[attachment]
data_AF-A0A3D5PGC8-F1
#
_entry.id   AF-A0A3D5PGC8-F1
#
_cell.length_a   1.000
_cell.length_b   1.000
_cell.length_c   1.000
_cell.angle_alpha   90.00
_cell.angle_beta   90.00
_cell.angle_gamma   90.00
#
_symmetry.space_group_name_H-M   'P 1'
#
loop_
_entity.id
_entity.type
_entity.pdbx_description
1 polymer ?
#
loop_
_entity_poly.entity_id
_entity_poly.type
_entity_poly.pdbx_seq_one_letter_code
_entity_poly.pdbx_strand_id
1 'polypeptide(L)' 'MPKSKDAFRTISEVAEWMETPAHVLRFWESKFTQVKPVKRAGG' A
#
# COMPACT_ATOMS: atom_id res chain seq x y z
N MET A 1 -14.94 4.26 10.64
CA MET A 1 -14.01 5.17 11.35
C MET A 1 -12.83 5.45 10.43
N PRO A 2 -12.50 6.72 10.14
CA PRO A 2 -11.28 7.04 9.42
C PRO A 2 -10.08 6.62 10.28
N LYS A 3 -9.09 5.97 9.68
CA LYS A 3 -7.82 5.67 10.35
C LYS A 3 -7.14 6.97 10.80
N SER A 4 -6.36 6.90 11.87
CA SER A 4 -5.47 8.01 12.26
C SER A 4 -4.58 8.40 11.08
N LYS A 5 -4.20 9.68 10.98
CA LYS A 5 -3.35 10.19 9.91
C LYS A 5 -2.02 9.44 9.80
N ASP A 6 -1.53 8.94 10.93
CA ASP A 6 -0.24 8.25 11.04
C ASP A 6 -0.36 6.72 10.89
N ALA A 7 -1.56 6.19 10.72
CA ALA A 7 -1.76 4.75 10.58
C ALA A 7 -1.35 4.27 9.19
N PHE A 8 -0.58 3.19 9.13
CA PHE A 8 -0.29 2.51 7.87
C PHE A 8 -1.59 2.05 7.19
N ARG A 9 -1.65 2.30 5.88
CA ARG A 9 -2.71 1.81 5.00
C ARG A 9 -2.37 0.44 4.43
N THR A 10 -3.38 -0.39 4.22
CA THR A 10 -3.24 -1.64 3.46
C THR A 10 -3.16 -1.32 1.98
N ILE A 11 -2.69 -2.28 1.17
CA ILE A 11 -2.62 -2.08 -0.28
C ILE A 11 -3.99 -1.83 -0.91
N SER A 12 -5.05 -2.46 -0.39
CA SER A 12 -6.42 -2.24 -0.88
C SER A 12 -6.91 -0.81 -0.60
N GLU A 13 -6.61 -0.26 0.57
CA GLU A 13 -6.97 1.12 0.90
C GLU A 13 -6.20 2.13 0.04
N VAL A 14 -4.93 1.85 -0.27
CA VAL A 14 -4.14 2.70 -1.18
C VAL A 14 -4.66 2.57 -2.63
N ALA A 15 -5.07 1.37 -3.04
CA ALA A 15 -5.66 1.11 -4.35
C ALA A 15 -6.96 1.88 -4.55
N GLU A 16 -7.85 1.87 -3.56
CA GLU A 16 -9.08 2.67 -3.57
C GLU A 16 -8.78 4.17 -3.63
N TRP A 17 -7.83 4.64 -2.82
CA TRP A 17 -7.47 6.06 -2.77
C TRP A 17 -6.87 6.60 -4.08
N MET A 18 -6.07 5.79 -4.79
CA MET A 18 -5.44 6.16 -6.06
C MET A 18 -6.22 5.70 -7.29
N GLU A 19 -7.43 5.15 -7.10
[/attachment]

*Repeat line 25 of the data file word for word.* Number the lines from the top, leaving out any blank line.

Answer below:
1 'polypeptide(L)' 'MPKSKDAFRTISEVAEWMETPAHVLRFWESKFTQVKPVKRAGG' A